Didn't need this

Hi all

I’ve just had a heated face-to-face ‘discussion’ with oncologist about where to put a subcutaneous (not intravenous) injection to boost my red blood cell count.

He said all that stuff about it aggravating existing lymphoedema was a myth! I was speechless. I begged to differ (I’ve had lymphoedema - 11 years - for nearly as long as he’s been an oncologist and injecting lymphoedema arms has NEVER been suggested as a safe course of action by lymphoedema researchers, nurses and therapists - quite the contrary). He did also say that I could have the injection anywhere I liked if I wanted, so it didn’t quite degenerate into a full blown row…I got quite worked up - I wasn’t crying, but the chemo I’m currently having makes my eyes stream, so he thought I was in tears and apologised and said, did I want anti-depressants!!!

Grrrrrr"! No!!!I Just want to meet a doctor who knows something, anything, about lymphoedema!!! They cause it, why do they then wash their hands of it!!!

Sorry all, just had to have a rant.



Hi S

What a tough situation for you – it is so disheartening when our health carers know less than we do but don’t acknowledge this. You certainly shouldn’t have to remind anyone dealing with breast cancer about injections & lymphoedema, let alone argue with them about good practice. I don’t know how you feel about giving your oncology team or hospital some feedback about this episode, but it might be something for you to consider when you’re feeling a bit less furious.

And hope your red blood count is improving!

Marilyn x

Hi Marilyn - thanks for the support.

The whole episode really got me down yesterday. The doc in question isn’t an old fuddy duddy and seemed otherwise pretty clued up, so I had high hopes of him…

He said to me ‘there’s no cure, you know’ (for the lymphoedema). Yes, I’m all TOO aware of that (but continue to live in hope), but they seem to think that because it is isn’t life-threatening (unless complications set in), they can just ignore it. You wouldn’t force feed a diabetic a cream bun or put someone with asthma in a smoke filled room when you knew these actions could make their conditions worse, why can’t they accept the same is true for lymphoedema and injections?

They never treat lymphoedema themselves - they cause it, but they don’t treat it - as my former onc cheerfully said to me as she walked out the door ‘not my speciality, I’m afraid’. It’s left to others, if there are any, to pick up the pieces every time. In my opinions it should be treated just as seriously as every other side effect of cancer therapy. Radiotherapy departments happily throw aqueous cream at you by the bucketful; I was drowning in (unneeded) mouthwash when I was given FEC four years ago - but help for lymphoedema? ‘Try a couple of paracetamol and see if it goes down’!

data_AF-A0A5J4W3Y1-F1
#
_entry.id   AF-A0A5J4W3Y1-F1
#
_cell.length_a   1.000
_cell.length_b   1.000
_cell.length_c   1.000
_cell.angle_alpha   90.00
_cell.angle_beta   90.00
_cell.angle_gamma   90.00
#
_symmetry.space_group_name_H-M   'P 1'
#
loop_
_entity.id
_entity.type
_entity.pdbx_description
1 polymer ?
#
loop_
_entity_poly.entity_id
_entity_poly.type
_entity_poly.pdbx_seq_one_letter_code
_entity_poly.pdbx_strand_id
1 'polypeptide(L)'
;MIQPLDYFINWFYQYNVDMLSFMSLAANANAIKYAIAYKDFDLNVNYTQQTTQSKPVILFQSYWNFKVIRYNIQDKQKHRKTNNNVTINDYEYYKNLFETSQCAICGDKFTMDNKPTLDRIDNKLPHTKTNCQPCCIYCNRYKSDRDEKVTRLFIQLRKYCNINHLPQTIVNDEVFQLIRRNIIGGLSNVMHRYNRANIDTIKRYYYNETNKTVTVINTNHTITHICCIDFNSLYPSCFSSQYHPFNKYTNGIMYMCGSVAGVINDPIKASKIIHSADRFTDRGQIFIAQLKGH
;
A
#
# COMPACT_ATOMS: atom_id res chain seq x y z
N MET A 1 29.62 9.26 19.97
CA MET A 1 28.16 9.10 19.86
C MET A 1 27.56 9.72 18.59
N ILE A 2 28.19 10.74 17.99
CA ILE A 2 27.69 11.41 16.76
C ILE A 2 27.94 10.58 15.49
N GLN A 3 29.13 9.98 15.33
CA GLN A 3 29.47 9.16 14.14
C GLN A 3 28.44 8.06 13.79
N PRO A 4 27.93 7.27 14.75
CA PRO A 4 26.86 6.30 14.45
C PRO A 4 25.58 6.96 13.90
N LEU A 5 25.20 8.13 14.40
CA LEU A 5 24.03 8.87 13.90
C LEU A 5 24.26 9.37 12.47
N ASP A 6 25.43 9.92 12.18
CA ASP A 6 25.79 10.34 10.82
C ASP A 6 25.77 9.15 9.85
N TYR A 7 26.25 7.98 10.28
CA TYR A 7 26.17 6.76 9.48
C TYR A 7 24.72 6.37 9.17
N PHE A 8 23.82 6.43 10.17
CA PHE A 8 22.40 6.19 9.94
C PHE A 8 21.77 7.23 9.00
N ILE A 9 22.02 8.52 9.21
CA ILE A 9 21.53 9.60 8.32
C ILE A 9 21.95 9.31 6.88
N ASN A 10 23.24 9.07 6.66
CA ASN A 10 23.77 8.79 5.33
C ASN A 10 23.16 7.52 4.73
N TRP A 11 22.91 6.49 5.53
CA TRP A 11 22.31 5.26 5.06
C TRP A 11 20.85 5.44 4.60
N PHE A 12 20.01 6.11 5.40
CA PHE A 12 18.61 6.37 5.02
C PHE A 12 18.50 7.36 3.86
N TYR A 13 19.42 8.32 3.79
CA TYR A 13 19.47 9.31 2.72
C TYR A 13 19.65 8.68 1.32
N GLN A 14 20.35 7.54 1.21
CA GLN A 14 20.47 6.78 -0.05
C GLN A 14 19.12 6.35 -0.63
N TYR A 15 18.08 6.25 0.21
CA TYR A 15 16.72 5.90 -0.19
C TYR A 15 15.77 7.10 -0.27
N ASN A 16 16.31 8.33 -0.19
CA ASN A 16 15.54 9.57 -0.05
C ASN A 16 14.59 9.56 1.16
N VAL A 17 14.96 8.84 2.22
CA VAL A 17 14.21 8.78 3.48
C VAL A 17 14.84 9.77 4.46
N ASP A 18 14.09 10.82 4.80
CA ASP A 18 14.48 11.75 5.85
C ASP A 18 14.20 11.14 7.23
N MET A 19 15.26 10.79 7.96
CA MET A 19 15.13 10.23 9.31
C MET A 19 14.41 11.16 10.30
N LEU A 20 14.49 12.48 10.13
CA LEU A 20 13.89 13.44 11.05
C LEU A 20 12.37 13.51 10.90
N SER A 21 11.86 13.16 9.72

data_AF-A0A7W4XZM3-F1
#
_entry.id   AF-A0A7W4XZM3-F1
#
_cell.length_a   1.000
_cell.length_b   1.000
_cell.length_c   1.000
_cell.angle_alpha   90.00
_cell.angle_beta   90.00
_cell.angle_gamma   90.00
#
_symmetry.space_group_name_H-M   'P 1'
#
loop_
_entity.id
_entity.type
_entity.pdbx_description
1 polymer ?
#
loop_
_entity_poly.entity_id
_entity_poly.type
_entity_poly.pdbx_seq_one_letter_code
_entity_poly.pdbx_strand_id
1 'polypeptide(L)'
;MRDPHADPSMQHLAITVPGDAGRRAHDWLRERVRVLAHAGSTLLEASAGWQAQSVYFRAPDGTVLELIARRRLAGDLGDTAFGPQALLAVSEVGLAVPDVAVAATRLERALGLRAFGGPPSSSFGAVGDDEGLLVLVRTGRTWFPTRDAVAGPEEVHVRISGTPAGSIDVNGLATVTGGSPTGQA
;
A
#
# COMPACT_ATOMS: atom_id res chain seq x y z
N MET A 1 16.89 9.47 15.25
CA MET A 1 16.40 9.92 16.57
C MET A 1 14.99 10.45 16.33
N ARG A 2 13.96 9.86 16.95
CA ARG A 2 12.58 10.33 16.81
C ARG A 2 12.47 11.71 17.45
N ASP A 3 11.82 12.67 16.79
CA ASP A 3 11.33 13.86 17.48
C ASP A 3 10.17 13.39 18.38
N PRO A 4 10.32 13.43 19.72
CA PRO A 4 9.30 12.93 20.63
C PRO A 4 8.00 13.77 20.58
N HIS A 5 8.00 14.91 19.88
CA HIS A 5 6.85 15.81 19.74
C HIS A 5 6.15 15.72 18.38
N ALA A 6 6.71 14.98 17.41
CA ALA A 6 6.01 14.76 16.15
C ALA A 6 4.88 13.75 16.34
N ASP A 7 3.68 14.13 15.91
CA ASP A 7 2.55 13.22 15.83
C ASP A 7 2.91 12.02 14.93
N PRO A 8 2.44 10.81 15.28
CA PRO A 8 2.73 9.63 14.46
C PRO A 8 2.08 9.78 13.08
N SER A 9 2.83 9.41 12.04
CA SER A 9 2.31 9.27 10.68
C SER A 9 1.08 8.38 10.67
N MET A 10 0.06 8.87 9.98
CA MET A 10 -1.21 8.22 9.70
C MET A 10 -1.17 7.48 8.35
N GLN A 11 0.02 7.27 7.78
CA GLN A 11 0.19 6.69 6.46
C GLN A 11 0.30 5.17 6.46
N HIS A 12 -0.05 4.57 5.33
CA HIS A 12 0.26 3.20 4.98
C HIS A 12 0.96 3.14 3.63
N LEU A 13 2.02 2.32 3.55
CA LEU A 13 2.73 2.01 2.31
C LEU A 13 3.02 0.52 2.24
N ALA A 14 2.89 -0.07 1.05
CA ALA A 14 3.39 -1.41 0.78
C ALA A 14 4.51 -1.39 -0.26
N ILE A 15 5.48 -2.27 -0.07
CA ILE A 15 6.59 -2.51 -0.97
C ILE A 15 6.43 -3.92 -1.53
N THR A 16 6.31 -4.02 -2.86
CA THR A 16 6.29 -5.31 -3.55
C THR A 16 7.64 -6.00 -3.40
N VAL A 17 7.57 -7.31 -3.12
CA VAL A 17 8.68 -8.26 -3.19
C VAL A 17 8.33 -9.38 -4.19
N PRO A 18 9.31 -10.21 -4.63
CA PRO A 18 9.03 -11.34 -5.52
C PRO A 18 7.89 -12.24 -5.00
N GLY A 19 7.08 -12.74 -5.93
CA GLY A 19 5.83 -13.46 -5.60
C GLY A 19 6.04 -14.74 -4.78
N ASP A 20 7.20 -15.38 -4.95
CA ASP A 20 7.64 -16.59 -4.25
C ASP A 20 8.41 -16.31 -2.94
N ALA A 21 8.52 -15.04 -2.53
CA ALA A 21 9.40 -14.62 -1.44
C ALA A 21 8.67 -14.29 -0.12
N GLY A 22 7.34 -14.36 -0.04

Sorry! Ranting AGAIN.

Have a good weekend, all



Sorry to hear that you’re having lymphoedema problems. Just thought you mught like to hear my tale…

Several years after surgery I developed lymphoedema, and was fortunately referred on pretty quickly by my surgeon to the local clinic. After my gp had tried various water tablets, etc for several months! Anyhow, after a few years of wearing compression sleeves and gloves continuously, I now have the lymphoedema under control. Not cured by any means, but reduced to the extent that I can forego the compression bandaging most of the time. It’s really the only thing (that, and a dogged determination and commitment to wearing the bandages every waking hour), that will likely help the condition.Don’t know what you do to deal with the condition, but can highly recommend compression garments-if this hasn’t been offered you, then it would be well worth pursuing.

Hi Elaine

Thanks for teeling us about your experience - yet another person with a GP prescribing diuretics and probably doing more harm than good! - you poor thing. But I’m glad things have omproved a lot for you - that’s really good news.

Me…Well I’ve had compression bandaging in the past on right arm - it worked pretty well for me, so it wasn’t money down the drain (had to get it done privately).

Left arm came later and is worse (due to the radiotherapy, probably) - it’s never had any bandaging, as my lymphoedema clinic kept finding reasons to postpone/avoid it - and I’m not made of money.

Have recently moved to France. They don’t seem to go in for compression bandaging much, but they are enthusiastic about MLD, so I’ve been able to have plenty of that. They only seem to go in for made-to-measure sleeves and I’m now awaiting my first set since arriving here - we’ll see what they’re like! Also, they are keen on people taking standardised, refined, grape seed extract to help with the condition. It’s available from any chemist here and is very cheap.

I’ve been to Australia for Low Level Laser Therapy and specialised massage in the past and I’ve found this very helpful. Have now also bought a hand held laser for home use and this seems to be beneficial, too.

Currently having chemotherapy, which seems to be upsetting my arms, hopefully things will settle down when it’s finished.

I don’t know about you, but it’s the sheer tedium of this condition and the ignorance and contempt of it by the medical profession and the ensuing lack of support which makes it so hard to deal with. Sometimes I feel as tho’ I’m fighting the whole world… is it the same for you? Every day, same old, same old!